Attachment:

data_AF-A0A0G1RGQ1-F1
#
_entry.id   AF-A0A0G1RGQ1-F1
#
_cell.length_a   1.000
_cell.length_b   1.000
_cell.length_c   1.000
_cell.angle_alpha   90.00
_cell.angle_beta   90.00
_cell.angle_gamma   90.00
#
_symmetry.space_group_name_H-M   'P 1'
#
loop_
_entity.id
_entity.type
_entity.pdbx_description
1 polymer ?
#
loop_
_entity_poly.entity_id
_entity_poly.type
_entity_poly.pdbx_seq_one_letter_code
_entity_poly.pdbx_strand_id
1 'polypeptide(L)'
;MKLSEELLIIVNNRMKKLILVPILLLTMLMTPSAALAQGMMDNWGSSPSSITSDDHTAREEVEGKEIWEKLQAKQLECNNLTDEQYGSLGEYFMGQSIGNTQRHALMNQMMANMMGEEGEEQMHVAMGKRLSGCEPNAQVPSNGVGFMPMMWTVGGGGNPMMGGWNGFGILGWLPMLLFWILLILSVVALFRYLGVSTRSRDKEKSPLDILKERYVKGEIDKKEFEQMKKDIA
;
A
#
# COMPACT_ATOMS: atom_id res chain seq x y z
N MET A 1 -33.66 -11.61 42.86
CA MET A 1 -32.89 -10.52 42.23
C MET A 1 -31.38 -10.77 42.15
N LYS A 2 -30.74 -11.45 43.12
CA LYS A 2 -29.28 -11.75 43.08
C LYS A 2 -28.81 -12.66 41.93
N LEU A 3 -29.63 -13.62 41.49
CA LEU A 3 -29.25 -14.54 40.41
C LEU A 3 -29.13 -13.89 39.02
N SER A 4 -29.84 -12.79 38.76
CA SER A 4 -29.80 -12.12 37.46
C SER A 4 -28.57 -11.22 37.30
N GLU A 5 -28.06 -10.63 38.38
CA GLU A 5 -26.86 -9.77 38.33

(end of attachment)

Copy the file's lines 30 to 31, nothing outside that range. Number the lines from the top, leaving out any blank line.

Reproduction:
# COMPACT_ATOMS: atom_id res chain seq x y z
N MET A 1 -33.66 -11.61 42.86